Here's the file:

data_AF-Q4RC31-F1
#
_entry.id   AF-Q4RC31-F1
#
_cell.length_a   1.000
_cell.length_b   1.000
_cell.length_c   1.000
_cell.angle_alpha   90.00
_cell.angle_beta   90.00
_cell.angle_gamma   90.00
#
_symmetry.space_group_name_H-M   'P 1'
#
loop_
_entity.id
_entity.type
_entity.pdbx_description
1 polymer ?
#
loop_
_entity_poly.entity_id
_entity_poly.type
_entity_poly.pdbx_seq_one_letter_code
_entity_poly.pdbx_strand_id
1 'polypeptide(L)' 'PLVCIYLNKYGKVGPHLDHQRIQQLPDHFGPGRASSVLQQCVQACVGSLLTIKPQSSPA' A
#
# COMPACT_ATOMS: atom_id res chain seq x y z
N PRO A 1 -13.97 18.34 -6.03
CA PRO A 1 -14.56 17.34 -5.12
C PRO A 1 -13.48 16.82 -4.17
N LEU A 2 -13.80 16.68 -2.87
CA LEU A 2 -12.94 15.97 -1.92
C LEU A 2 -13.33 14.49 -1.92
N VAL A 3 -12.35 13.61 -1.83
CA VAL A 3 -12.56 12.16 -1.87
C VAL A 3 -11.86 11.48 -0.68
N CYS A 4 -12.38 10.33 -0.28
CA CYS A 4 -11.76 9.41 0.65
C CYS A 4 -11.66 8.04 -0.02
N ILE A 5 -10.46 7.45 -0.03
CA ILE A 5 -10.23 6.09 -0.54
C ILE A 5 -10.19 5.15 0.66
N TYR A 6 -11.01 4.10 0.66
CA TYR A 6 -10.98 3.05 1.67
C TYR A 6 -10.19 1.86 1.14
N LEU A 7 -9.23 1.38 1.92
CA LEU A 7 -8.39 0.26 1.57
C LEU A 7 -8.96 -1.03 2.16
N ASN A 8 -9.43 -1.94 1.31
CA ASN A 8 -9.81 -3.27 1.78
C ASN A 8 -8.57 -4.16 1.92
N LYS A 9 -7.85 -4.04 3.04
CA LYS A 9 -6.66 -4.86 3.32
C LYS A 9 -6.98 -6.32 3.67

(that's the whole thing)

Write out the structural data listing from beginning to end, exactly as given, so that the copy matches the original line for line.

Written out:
data_AF-Q4RC31-F1
#
_entry.id   AF-Q4RC31-F1
#
_cell.length_a   1.000
_cell.length_b   1.000
_cell.length_c   1.000
_cell.angle_alpha   90.00
_cell.angle_beta   90.00
_cell.angle_gamma   90.00
#
_symmetry.space_group_name_H-M   'P 1'
#
loop_
_entity.id
_entity.type
_entity.pdbx_description
1 polymer ?
#
loop_
_entity_poly.entity_id
_entity_poly.type
_entity_poly.pdbx_seq_one_letter_code
_entity_poly.pdbx_strand_id
1 'polypeptide(L)' 'PLVCIYLNKYGKVGPHLDHQRIQQLPDHFGPGRASSVLQQCVQACVGSLLTIKPQSSPA' A
#
# COMPACT_ATOMS: atom_id res chain seq x y z
N PRO A 1 -13.97 18.34 -6.03
CA PRO A 1 -14.56 17.34 -5.12
C PRO A 1 -13.48 16.82 -4.17
N LEU A 2 -13.80 16.68 -2.87
CA LEU A 2 -12.94 15.97 -1.92
C LEU A 2 -13.33 14.49 -1.92
N VAL A 3 -12.35 13.61 -1.83
CA VAL A 3 -12.56 12.16 -1.87
C VAL A 3 -11.86 11.48 -0.68
N CYS A 4 -12.38 10.33 -0.28
CA CYS A 4 -11.76 9.41 0.65
C CYS A 4 -11.66 8.04 -0.02
N ILE A 5 -10.46 7.45 -0.03
CA ILE A 5 -10.23 6.09 -0.54
C ILE A 5 -10.19 5.15 0.66
N TYR A 6 -11.01 4.10 0.66
CA TYR A 6 -10.98 3.05 1.67
C TYR A 6 -10.19 1.86 1.14
N LEU A 7 -9.23 1.38 1.92
CA LEU A 7 -8.39 0.26 1.57
C LEU A 7 -8.96 -1.03 2.16
N ASN A 8 -9.43 -1.94 1.31
CA ASN A 8 -9.81 -3.27 1.78
C ASN A 8 -8.57 -4.16 1.92
N LYS A 9 -7.85 -4.04 3.04
CA LYS A 9 -6.66 -4.86 3.32
C LYS A 9 -6.98 -6.32 3.67